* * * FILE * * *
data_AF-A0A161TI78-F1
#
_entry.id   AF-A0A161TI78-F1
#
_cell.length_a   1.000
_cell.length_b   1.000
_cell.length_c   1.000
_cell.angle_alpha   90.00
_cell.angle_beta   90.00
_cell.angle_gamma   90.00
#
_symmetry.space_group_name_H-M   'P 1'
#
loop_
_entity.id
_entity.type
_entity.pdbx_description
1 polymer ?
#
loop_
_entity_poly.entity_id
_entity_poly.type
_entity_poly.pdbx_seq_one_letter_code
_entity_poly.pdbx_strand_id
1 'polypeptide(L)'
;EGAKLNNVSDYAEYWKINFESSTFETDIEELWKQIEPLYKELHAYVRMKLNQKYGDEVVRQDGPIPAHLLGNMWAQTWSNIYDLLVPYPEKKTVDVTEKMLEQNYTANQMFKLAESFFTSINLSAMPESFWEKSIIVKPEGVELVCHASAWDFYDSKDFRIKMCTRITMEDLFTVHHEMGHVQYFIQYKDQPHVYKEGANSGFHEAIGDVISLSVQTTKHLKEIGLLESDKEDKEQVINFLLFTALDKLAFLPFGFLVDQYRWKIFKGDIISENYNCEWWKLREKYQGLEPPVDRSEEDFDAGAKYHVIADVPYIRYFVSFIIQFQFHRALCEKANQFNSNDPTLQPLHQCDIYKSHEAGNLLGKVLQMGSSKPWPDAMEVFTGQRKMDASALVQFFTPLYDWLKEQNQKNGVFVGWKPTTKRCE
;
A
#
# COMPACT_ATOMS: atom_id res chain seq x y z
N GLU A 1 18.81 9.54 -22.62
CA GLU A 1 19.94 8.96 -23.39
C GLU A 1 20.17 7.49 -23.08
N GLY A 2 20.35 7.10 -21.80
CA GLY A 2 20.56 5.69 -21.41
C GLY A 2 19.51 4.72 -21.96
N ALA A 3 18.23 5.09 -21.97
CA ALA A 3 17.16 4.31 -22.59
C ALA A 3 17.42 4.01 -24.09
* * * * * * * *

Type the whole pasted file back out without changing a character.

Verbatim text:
data_AF-A0A161TI78-F1
#
_entry.id   AF-A0A161TI78-F1
#
_cell.length_a   1.000
_cell.length_b   1.000
_cell.length_c   1.000
_cell.angle_alpha   90.00
_cell.angle_beta   90.00
_cell.angle_gamma   90.00
#
_symmetry.space_group_name_H-M   'P 1'
#
loop_
_entity.id
_entity.type
_entity.pdbx_description
1 polymer ?
#
loop_
_entity_poly.entity_id
_entity_poly.type
_entity_poly.pdbx_seq_one_letter_code
_entity_poly.pdbx_strand_id
1 'polypeptide(L)'
;EGAKLNNVSDYAEYWKINFESSTFETDIEELWKQIEPLYKELHAYVRMKLNQKYGDEVVRQDGPIPAHLLGNMWAQTWSNIYDLLVPYPEKKTVDVTEKMLEQNYTANQMFKLAESFFTSINLSAMPESFWEKSIIVKPEGVELVCHASAWDFYDSKDFRIKMCTRITMEDLFTVHHEMGHVQYFIQYKDQPHVYKEGANSGFHEAIGDVISLSVQTTKHLKEIGLLESDKEDKEQVINFLLFTALDKLAFLPFGFLVDQYRWKIFKGDIISENYNCEWWKLREKYQGLEPPVDRSEEDFDAGAKYHVIADVPYIRYFVSFIIQFQFHRALCEKANQFNSNDPTLQPLHQCDIYKSHEAGNLLGKVLQMGSSKPWPDAMEVFTGQRKMDASALVQFFTPLYDWLKEQNQKNGVFVGWKPTTKRCE
;
A
#
# COMPACT_ATOMS: atom_id res chain seq x y z
N GLU A 1 18.81 9.54 -22.62
CA GLU A 1 19.94 8.96 -23.39
C GLU A 1 20.17 7.49 -23.08
N GLY A 2 20.35 7.10 -21.80
CA GLY A 2 20.56 5.69 -21.41
C GLY A 2 19.51 4.72 -21.96
N ALA A 3 18.23 5.09 -21.97
CA ALA A 3 17.16 4.31 -22.59
C ALA A 3 17.42 4.01 -24.09